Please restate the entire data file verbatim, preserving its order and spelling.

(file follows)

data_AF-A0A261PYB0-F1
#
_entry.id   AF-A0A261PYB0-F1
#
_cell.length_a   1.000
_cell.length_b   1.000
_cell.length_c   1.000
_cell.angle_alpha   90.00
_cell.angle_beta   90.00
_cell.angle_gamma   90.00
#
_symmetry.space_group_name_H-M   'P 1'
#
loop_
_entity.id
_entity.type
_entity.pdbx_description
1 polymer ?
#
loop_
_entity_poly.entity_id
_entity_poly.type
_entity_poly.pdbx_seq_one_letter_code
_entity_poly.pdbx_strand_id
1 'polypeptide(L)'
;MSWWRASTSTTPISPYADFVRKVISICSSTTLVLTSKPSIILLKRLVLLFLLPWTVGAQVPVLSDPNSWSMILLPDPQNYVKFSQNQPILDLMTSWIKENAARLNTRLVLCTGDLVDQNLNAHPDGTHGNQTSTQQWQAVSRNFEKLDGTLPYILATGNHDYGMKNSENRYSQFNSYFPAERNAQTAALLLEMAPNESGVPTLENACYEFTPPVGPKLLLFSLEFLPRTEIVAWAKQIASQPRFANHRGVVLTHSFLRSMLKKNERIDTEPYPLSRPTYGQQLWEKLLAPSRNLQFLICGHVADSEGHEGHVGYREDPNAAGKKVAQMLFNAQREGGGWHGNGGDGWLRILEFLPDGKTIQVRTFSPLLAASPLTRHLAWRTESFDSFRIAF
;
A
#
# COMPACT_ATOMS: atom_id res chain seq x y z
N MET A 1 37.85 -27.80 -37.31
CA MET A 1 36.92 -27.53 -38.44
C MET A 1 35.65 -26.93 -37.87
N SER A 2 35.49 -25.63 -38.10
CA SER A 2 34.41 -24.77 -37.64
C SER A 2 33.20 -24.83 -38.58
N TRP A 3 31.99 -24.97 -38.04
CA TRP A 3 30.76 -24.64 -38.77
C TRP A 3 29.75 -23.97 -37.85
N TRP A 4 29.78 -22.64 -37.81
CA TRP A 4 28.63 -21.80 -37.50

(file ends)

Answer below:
data_AF-A0A261PYB0-F1
#
_entry.id   AF-A0A261PYB0-F1
#
_cell.length_a   1.000
_cell.length_b   1.000
_cell.length_c   1.000
_cell.angle_alpha   90.00
_cell.angle_beta   90.00
_cell.angle_gamma   90.00
#
_symmetry.space_group_name_H-M   'P 1'
#
loop_
_entity.id
_entity.type
_entity.pdbx_description
1 polymer ?
#
loop_
_entity_poly.entity_id
_entity_poly.type
_entity_poly.pdbx_seq_one_letter_code
_entity_poly.pdbx_strand_id
1 'polypeptide(L)'
;MSWWRASTSTTPISPYADFVRKVISICSSTTLVLTSKPSIILLKRLVLLFLLPWTVGAQVPVLSDPNSWSMILLPDPQNYVKFSQNQPILDLMTSWIKENAARLNTRLVLCTGDLVDQNLNAHPDGTHGNQTSTQQWQAVSRNFEKLDGTLPYILATGNHDYGMKNSENRYSQFNSYFPAERNAQTAALLLEMAPNESGVPTLENACYEFTPPVGPKLLLFSLEFLPRTEIVAWAKQIASQPRFANHRGVVLTHSFLRSMLKKNERIDTEPYPLSRPTYGQQLWEKLLAPSRNLQFLICGHVADSEGHEGHVGYREDPNAAGKKVAQMLFNAQREGGGWHGNGGDGWLRILEFLPDGKTIQVRTFSPLLAASPLTRHLAWRTESFDSFRIAF
;
A
#
# COMPACT_ATOMS: atom_id res chain seq x y z
N MET A 1 37.85 -27.80 -37.31
CA MET A 1 36.92 -27.53 -38.44
C MET A 1 35.65 -26.93 -37.87
N SER A 2 35.49 -25.63 -38.10
CA SER A 2 34.41 -24.77 -37.64
C SER A 2 33.20 -24.83 -38.58
N TRP A 3 31.99 -24.97 -38.04
CA TRP A 3 30.76 -24.64 -38.77
C TRP A 3 29.75 -23.97 -37.85
N TRP A 4 29.78 -22.64 -37.81
CA TRP A 4 28.63 -21.80 -37.50